By Stan Blade
Dr. Stan Blade, PhD, PAg, is Dean of the Faculty of Agricultural, Life & Environmental Sciences at the University of Alberta.
If your mental image of agriculture includes a photogenic red barn and a person holding a pitchfork, you should know that things have changed.
Alberta is an agri-food powerhouse with a history of innovation, a significant player in the $8-trillion global food system. The province’s agri-food sector has a total estimated annual value of $56 billion and employs 275,000 people in primary production, food processing, grocery retail, and food and beverage services.
Alberta’s success is mirrored across Canada. When Dominic Barton chaired the Canadian Minister of Finance’s Advisory Committee on Economic Growth with a mandate to identify “bold ideas that will significantly improve Canada’s economic growth trajectory,” the agriculture and food sector was identified in the first Barton Report in 2017. The report stated Canada can become “the trusted global leader in safe, nutritious, and sustainable food for the 21st century.”
How is the sector doing? The Barton Report set a stretch target to increase agri-food exports from $55 billion in 2017 to $75 billion in 2025. Last year Canada exported more than $82 billion of products, according to the Standing Committee on Agriculture and Agri-Food.
But this sector faces multiple challenges, some of them global. Even though we have the resources right here in Canada to address these challenges, the solutions must be driven by public and private investment.
Multiple reports have indicated we need to:
This entire effort should be incorporated into a Canadian strategy embraced by industry, federal and provincial governments, and post-secondary institutions.
With concerted effort, collaboration and investment, I believe Canada can reach $100 billion in agri-food exports by 2030 (while ensuring long-term sustainability), with Alberta having the capacity to double its agri-food exports to $25 billion.
But achieving such a target will require investing in research and innovation. It will require a clear understanding of what’s at stake and a strong commitment — from our many communities, the private sector, research institutions and governments — to build the sector.
Clear targets needed for agri-food sector
Last September, I welcomed first-year students to the Faculty of Agricultural, Life & Environmental Sciences (ALES) at the University of Alberta. I reminded them that they will be engaged with some of the world’s most pressing challenges. These include: managing our natural resources in a sustainable manner; addressing the impact of climate change on food, forestry and energy sectors; and improving productivity to feed the world’s population.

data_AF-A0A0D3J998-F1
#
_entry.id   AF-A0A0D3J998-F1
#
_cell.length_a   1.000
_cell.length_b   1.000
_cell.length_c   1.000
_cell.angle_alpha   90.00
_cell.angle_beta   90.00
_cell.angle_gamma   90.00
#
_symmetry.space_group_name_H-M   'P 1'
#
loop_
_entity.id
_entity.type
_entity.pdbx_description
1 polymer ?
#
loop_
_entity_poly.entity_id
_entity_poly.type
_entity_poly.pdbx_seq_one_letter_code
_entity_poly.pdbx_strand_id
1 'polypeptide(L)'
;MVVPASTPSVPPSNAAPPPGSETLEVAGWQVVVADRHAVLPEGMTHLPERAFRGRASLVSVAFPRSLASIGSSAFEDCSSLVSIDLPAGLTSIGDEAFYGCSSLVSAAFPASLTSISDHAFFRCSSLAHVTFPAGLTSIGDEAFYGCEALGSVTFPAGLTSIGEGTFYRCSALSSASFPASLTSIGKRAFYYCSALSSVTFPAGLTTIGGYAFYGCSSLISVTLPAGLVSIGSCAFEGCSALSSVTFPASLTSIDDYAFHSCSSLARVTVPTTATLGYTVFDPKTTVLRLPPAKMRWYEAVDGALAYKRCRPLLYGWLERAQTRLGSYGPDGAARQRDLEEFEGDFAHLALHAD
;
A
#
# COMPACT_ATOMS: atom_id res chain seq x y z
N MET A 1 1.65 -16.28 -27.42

Our students will graduate with the mindset, education and skills needed to take on these global challenges and move us into the future. However, Alberta’s (and Canada’s) agri-food sector needs to come together to set clear targets for what that future will look like.
Researchers in the ALES faculty work across the spectrum of agriculture, food, nutrition and human health to support the sustainability of communities, economies and the globe. Their work leads to innovations that contribute to the profitability and competitiveness of the sector.
Our researchers are using the latest tools in genomics to enhance the yield and quality of crops, increase feed efficiency in cattle and control greenhouse gases. Our 25,000 acres of research farms and ranches are helping explore how to manage carbon by locking it into our soils.
Food scientists are working to improve food safety and teaming up with industry to create new plant protein products for a burgeoning market.
Our researchers are collaborating with Indigenous communities to establish food sovereignty by developing community-led systems to produce, distribute and consume food.
We also believe the faculty has the opportunity — and responsibility — to provide evidence-based information to the public, governments and our partners in industry about the complex issues facing the sector. To that end, we have hosted forums on animal welfare, transgenic technologies, lab-grown meat, and the implications of multinational agri-food company consolidation.
Canada has all the elements required to be a world leader
There are hopeful signs that the opportunity is being recognized. In 2021, $11.3 billion was invested in global agri-tech, according to Investment Monitor.
The ALES faculty’s recent partnership with SVG Thrive, an agri-food innovation incubator, is an example of how agriculture and food technology has captured the attention of venture capital markets.
The potential impact of these investments can be summed up in one sentence from my personal hero, Dr. Norman Borlaug, PhD, the only agricultural scientist to be awarded the Nobel Peace Prize in 1970 for his contributions to what came to be known as the “Green Revolution.” His innovative research and humanitarian advocacy are said to have “saved more lives than any person who has ever lived,” as the World Food Prize Foundation phrased it.
In the 1990s, I had the pleasure of speaking with Dr. Borlaug and he paraphrased a quote for which he is famous: “The first essential component is adequate food for all.”
This is our time. Canada has all the elements — remarkable people, extensive natural resources, strong R&D capacity, crucial infrastructure, access to capital and inputs — to lead the world in implementing the next generation of innovation to create food-secure, economically vibrant and environmentally sustainable global communities.